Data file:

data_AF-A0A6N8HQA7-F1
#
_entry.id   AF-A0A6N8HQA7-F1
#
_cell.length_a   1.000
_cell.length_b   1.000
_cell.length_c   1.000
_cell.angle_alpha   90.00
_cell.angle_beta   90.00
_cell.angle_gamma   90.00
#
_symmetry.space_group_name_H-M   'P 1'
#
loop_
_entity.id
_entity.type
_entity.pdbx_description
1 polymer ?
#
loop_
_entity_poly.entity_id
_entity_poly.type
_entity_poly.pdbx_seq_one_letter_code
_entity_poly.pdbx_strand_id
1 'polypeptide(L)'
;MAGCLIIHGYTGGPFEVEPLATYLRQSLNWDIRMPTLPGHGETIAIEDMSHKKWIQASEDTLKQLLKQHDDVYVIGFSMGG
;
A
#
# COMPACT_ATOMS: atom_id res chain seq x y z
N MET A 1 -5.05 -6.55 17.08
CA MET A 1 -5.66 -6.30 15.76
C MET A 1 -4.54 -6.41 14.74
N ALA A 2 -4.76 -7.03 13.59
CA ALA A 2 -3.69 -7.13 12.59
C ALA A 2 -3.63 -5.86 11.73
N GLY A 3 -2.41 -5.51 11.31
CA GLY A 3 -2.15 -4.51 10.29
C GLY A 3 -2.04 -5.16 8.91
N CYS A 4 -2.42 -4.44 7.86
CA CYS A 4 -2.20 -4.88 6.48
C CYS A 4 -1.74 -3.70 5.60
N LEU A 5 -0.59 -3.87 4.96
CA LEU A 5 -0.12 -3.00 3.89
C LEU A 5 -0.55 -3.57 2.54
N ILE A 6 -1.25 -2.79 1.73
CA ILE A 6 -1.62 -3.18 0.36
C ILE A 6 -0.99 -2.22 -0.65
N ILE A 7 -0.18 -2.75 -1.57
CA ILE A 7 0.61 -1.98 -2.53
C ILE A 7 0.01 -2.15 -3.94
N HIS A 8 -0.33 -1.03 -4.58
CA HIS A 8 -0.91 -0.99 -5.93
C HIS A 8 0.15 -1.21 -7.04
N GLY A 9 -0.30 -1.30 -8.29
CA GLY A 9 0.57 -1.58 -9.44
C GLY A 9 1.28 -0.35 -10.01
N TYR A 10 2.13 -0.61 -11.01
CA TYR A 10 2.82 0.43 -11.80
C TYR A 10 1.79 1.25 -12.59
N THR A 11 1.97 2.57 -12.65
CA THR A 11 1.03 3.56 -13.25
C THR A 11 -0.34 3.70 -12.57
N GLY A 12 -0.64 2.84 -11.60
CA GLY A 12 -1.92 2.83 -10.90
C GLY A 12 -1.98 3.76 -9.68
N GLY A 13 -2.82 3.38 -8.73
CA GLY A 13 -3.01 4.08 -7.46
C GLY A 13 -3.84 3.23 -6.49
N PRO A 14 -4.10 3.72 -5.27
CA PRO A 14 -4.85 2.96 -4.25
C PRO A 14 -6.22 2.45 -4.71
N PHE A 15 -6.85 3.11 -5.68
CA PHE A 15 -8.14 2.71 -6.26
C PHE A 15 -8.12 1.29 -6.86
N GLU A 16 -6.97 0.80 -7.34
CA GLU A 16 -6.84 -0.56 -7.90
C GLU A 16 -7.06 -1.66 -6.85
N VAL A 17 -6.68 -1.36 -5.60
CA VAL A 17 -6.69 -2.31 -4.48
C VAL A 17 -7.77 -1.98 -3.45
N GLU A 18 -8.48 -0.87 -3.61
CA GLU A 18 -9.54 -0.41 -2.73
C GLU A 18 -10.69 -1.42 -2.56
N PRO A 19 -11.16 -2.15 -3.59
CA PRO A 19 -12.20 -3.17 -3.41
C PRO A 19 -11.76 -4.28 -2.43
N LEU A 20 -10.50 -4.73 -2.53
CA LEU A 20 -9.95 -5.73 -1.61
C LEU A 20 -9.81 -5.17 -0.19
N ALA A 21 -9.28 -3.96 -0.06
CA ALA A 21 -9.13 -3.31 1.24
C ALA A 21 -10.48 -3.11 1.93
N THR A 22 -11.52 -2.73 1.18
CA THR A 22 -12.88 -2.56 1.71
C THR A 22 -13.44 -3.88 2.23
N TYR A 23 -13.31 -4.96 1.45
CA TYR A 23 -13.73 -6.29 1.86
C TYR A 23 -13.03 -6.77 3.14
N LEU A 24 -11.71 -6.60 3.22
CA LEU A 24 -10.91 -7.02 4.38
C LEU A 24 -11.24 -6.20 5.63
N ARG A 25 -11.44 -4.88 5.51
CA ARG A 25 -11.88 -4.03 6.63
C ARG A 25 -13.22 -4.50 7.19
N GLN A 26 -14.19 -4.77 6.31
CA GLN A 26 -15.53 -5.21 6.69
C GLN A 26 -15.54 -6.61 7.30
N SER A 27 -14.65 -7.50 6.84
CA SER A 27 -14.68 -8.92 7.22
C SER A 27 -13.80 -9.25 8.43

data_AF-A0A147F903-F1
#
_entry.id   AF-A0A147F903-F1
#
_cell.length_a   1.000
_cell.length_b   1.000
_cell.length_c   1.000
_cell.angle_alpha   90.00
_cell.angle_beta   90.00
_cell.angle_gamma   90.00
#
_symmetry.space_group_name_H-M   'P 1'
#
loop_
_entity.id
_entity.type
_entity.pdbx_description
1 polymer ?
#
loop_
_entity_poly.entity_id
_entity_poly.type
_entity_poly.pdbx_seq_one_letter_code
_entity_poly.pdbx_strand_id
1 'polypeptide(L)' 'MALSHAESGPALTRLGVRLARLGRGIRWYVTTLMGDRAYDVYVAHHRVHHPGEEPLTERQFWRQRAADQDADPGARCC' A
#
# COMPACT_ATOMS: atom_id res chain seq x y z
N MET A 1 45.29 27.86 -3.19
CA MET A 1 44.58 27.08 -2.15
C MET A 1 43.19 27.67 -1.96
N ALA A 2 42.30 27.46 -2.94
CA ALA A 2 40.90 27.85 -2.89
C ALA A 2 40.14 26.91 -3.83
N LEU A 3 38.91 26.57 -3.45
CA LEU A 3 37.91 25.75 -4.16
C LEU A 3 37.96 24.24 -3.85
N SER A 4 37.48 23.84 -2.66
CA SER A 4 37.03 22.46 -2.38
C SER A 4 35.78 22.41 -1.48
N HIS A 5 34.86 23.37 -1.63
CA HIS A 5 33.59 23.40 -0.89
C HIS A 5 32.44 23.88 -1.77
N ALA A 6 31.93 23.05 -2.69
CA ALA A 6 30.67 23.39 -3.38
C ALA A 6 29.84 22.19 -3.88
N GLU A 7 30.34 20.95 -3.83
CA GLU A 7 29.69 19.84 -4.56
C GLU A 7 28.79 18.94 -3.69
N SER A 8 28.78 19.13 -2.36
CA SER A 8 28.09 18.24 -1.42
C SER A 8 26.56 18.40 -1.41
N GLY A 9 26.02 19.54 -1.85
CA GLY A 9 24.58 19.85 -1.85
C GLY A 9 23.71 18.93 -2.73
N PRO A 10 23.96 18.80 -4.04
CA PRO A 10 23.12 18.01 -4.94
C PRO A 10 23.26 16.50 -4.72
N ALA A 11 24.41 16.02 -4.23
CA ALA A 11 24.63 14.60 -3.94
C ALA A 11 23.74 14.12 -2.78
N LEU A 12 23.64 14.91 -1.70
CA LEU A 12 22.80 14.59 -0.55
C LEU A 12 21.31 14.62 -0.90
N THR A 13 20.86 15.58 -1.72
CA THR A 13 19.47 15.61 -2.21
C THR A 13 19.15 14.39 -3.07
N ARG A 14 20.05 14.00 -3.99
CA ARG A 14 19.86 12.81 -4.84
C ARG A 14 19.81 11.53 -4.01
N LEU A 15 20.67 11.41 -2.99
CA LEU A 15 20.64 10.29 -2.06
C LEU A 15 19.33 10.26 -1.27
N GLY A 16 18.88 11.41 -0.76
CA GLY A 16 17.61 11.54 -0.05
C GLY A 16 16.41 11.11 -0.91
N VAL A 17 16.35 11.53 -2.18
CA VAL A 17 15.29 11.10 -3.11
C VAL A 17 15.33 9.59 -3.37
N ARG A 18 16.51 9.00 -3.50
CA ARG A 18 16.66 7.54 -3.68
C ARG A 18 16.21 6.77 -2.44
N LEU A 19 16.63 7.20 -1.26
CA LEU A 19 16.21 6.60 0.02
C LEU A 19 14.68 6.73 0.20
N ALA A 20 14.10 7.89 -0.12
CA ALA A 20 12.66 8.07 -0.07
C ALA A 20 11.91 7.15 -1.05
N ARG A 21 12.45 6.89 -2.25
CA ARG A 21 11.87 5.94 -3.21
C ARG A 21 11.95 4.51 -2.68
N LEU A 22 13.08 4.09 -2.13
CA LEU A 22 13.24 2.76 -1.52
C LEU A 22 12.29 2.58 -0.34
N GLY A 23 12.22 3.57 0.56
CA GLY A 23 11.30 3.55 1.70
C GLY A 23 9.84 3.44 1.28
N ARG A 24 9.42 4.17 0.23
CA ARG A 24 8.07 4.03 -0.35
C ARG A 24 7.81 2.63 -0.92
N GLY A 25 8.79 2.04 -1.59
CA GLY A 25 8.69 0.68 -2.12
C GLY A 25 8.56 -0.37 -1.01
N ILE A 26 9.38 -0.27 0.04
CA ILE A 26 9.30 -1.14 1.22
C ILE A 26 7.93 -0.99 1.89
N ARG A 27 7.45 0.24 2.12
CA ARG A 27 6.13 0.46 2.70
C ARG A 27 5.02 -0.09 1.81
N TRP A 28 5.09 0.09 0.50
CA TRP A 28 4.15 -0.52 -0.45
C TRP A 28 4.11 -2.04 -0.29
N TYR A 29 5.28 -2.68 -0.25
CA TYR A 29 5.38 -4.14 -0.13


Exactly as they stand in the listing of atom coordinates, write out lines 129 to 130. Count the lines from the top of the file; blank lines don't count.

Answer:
1 polymer ?
#